George Berger once used a simple method to demonstrate the unique character of his job as SI's director of promotional planning: He began a presentation at a luncheon for ad execs by asking how many of them could tell him what was going on in the Common Market or what the latest news was from Libya or Wall Street. A quick scan of the faces indicated a paucity of knowledge. But when Berger offered the same people an opportunity to talk about their favorite sports, the answers flowed fast and furious. "Everybody can associate with sports," he says. "You can easily bring people down, or up, to that common denominator called sport."
The universal appeal of sport is what Berger had in mind when he asked the Ogilvy & Mather ad agency to create what eventually became our highly successful Get the Feeling campaign. "I'm a strong believer that the best advertising is that which best reflects the product," says Berger. " SI's genius is the real feeling that the reader gets for what's going on. That's what we wanted to communicate." Berger and his staff evaluated some two dozen concepts over the course of several months before Ogilvy proposed the award-winning idea. "When they came in with Get the Feeling," recalls Berger, "we knew it was just right."
Berger began his career 22 years ago writing ad copy for a Pittsburgh-area department store. After moving to a local ad agency, he undertook his pilgrimage to New York—the ad man's Mecca, as he calls it—where he worked for two more agencies before catching on as a junior copywriter at SI in 1967. Four years later Berger left us to try his hand at freelance copy writing and photography, but he returned to Time Inc. in 1979. Subsequently he was named promotion director for DISCOVER magazine and then took the same job at TIME before coming back to SI—"my first and deepest love," he says—in '84.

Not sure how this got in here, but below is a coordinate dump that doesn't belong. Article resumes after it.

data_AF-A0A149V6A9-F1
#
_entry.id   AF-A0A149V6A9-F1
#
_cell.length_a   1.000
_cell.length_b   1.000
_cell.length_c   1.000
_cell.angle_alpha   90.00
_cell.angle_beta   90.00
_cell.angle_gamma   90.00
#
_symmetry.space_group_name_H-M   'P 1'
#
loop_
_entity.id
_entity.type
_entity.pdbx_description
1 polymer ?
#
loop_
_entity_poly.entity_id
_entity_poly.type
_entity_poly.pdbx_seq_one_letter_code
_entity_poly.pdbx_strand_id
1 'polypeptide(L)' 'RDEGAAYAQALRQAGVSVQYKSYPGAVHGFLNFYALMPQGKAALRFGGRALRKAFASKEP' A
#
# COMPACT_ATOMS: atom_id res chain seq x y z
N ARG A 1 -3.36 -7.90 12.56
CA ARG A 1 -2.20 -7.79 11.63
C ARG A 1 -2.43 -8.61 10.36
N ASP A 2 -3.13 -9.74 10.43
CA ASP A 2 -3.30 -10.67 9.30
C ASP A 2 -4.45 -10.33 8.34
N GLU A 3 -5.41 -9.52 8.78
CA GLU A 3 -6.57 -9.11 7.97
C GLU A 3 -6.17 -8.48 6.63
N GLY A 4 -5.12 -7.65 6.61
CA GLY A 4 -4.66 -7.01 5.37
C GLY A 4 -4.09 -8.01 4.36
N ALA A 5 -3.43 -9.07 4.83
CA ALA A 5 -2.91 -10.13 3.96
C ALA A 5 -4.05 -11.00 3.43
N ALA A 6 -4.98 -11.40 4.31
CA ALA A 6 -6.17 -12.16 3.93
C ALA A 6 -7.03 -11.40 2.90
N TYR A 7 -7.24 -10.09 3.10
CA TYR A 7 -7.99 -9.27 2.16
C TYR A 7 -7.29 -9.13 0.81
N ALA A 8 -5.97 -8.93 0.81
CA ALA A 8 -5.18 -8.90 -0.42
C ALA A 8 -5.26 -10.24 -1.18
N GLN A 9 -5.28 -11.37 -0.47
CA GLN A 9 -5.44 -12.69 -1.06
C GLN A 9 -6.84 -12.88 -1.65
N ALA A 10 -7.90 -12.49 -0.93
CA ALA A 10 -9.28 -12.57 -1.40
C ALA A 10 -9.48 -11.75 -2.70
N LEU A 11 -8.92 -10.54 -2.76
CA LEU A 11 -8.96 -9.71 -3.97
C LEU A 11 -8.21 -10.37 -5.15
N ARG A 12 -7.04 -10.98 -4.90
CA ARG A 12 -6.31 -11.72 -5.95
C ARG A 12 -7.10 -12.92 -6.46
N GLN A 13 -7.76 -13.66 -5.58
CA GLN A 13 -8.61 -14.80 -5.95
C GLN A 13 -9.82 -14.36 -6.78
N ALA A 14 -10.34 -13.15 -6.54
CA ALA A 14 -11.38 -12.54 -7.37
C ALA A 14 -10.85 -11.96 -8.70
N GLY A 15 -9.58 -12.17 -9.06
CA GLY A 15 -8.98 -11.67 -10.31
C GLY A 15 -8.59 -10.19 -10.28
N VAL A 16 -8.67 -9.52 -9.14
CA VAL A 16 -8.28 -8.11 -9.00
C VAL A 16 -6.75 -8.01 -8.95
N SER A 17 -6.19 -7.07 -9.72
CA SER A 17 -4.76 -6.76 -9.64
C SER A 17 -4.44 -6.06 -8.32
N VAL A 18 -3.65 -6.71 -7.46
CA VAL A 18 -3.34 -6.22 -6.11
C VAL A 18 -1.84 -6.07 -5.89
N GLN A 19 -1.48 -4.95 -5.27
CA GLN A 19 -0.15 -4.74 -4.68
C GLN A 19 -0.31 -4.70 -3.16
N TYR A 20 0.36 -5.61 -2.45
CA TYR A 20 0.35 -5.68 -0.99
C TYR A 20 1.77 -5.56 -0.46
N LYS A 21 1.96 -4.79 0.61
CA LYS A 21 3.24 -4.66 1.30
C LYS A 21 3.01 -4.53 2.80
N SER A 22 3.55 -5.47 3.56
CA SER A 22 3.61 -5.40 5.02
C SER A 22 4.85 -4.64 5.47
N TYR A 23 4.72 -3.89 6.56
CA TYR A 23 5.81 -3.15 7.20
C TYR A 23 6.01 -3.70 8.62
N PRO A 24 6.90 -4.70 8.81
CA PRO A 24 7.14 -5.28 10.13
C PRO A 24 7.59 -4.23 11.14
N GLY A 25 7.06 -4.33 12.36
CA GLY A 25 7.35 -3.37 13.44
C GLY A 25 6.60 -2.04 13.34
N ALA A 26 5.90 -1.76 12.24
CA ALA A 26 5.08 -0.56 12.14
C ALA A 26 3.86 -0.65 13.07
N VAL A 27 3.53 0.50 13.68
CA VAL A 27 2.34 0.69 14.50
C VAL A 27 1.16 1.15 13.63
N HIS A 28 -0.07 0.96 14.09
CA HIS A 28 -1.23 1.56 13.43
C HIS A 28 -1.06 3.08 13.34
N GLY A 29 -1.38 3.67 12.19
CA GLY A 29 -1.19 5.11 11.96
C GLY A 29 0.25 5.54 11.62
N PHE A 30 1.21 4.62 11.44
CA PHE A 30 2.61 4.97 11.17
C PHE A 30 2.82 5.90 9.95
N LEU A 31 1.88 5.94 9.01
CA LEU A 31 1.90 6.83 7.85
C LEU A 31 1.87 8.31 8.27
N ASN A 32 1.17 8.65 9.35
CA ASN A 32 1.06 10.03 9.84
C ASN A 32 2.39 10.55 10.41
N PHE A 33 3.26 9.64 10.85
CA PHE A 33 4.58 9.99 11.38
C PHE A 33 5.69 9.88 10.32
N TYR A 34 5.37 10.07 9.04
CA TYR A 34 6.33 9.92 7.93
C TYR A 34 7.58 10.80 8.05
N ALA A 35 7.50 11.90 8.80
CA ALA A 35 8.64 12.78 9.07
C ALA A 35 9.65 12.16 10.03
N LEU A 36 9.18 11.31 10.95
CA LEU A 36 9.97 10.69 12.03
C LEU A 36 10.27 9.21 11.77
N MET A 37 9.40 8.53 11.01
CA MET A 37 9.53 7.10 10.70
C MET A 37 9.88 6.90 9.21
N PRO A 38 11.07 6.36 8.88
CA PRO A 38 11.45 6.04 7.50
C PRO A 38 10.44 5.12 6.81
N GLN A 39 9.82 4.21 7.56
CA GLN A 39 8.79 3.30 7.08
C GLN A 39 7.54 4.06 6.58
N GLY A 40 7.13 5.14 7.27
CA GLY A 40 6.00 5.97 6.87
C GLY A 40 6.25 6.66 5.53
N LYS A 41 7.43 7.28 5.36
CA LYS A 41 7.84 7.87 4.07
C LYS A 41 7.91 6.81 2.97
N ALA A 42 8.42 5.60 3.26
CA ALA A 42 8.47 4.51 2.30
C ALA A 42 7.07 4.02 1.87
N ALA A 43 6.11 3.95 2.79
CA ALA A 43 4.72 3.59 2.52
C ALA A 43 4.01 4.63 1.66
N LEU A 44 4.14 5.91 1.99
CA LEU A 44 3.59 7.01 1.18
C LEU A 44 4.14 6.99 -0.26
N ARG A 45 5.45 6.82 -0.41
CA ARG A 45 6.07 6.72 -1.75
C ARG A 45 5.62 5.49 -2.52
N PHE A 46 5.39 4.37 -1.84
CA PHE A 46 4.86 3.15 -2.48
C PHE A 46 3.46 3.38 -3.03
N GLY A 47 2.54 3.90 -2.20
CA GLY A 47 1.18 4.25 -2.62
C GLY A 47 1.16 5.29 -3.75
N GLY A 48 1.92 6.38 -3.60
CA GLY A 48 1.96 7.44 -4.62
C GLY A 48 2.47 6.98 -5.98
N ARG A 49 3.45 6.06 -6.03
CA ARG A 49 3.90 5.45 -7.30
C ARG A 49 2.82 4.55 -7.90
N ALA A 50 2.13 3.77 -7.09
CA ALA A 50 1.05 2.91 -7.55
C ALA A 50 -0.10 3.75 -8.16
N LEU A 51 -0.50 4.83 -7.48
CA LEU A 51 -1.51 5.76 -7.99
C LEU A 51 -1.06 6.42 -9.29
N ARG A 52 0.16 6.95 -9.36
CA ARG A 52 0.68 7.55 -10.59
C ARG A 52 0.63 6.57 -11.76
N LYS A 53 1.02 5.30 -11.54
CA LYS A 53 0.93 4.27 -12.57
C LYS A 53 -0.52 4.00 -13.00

Away from work Berger gets the feeling by taking his three children on fishing excursions to the numerous lakes near his home in Irvington, N.Y. He is also a confirmed Yankee fan. "I guarantee you, this is the year," he says. "They're going to win by 10. Of course, my wife, Jane, will tell you I say that every year."
Jane was at SI for 14 years, ending up as sales promotion manager, and the couple met in our offices. George had heard that he and Jane owned the same breed of dog, so one day he approached her and said, "Hi, I understand you have an English bulldog." Berger's gift for identifying and communicating common themes isn't limited to ad campaigns.